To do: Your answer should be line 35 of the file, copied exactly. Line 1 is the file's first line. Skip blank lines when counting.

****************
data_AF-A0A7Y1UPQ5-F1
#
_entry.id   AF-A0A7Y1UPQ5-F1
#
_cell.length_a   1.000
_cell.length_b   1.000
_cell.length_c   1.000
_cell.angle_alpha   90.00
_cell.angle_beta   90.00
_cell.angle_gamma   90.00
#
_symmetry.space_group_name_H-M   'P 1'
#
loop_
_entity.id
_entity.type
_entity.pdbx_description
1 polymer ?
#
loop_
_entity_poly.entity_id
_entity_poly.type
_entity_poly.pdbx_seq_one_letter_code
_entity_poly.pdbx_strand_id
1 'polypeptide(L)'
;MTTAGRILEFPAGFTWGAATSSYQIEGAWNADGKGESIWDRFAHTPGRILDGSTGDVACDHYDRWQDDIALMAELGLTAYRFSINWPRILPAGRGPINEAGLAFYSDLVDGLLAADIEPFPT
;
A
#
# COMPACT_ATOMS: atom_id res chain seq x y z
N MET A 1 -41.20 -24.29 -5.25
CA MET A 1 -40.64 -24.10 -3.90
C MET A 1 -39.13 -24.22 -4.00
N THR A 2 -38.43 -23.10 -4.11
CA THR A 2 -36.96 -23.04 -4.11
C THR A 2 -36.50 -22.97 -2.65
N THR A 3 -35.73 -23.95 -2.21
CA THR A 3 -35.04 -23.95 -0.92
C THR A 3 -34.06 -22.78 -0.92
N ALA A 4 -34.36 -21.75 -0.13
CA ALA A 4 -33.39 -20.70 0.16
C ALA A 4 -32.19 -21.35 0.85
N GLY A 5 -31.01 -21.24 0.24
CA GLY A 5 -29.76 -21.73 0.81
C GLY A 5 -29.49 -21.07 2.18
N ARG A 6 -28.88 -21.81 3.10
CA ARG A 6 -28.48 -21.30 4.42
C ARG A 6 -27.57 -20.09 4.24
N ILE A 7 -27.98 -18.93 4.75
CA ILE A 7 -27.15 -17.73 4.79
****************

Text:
CA THR A 2 -36.96 -23.04 -4.11